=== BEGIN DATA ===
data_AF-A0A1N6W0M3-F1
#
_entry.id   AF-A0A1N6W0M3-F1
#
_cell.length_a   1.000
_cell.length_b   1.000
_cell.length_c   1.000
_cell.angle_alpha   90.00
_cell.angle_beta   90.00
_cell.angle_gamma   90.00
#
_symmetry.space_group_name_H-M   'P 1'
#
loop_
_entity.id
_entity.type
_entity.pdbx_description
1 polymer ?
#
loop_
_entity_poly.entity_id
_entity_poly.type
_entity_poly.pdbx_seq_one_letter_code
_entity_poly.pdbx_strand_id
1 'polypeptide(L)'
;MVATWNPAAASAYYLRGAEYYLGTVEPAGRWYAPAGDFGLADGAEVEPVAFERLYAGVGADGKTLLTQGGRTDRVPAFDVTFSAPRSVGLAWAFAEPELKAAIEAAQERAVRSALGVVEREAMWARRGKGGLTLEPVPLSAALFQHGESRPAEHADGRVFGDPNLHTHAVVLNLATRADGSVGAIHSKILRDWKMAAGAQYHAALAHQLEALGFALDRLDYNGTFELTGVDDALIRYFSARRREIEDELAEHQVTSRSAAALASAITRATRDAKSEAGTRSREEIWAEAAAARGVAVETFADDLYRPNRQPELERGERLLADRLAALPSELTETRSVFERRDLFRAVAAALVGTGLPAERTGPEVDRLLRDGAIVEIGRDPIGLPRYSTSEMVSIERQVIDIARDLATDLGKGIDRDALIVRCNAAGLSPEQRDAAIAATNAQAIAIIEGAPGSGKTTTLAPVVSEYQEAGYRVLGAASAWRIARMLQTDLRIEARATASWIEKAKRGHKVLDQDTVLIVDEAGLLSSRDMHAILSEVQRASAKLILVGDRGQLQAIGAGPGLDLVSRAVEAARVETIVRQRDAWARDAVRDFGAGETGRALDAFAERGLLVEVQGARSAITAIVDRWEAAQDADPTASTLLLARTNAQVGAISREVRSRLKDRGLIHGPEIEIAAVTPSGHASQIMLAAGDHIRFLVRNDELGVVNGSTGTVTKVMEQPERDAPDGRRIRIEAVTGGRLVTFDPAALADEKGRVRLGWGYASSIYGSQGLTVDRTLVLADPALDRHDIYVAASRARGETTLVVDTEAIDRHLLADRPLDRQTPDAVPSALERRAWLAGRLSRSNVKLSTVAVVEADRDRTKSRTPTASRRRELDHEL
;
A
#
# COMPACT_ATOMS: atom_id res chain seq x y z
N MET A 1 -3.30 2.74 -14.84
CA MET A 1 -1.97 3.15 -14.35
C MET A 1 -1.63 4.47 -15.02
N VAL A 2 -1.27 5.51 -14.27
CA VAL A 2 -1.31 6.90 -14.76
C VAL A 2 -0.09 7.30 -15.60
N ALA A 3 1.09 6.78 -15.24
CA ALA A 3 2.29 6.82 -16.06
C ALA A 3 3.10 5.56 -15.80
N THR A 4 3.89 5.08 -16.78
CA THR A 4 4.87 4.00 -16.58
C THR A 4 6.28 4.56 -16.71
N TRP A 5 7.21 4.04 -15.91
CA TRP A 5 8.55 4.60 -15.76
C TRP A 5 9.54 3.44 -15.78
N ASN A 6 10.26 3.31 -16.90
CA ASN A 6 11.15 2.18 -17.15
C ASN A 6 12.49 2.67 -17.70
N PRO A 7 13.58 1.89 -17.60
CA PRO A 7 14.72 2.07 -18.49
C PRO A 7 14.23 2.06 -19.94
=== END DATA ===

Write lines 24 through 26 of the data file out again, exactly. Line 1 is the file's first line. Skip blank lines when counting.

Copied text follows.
_entity_poly.pdbx_strand_id
1 'polypeptide(L)'
;MVATWNPAAASAYYLRGAEYYLGTVEPAGRWYAPAGDFGLADGAEVEPVAFERLYAGVGADGKTLLTQGGRTDRVPAFDVTFSAPRSVGLAWAFAEPELKAAIEAAQERAVRSALGVVEREAMWARRGKGGLTLEPVPLSAALFQHGESRPAEHADGRVFGDPNLHTHAVVLNLATRADGSVGAIHSKILRDWKMAAGAQYHAALAHQLEALGFALDRLDYNGTFELTGVDDALIRYFSARRREIEDELAEHQVTSRSAAALASAITRATRDAKSEAGTRSREEIWAEAAAARGVAVETFADDLYRPNRQPELERGERLLADRLAALPSELTETRSVFERRDLFRAVAAALVGTGLPAERTGPEVDRLLRDGAIVEIGRDPIGLPRYSTSEMVSIERQVIDIARDLATDLGKGIDRDALIVRCNAAGLSPEQRDAAIAATNAQAIAIIEGAPGSGKTTTLAPVVSEYQEAGYRVLGAASAWRIARMLQTDLRIEARATASWIEKAKRGHKVLDQDTVLIVDEAGLLSSRDMHAILSEVQRASAKLILVGDRGQLQAIGAGPGLDLVSRAVEAARVETIVRQRDAWARDAVRDFGAGETGRALDAFAERGLLVEVQGARSAITAIVDRWEAAQDADPTASTLLLARTNAQVGAISREVRSRLKDRGLIHGPEIEIAAVTPSGHASQIMLAAGDHIRFLVRNDELGVVNGSTGTVTKVMEQPERDAPDGRRIRIEAVTGGRLVTFDPAALADEKGRVRLGWGYASSIYGSQGLTVDRTLVLADPALDRHDIYVAASRARGETTLVVDTEAIDRHLLADRPLDRQTPDAVPSALERRAWLAGRLSRSNVKLSTVAVVEADRDRTKSRTPTASRRRELDHEL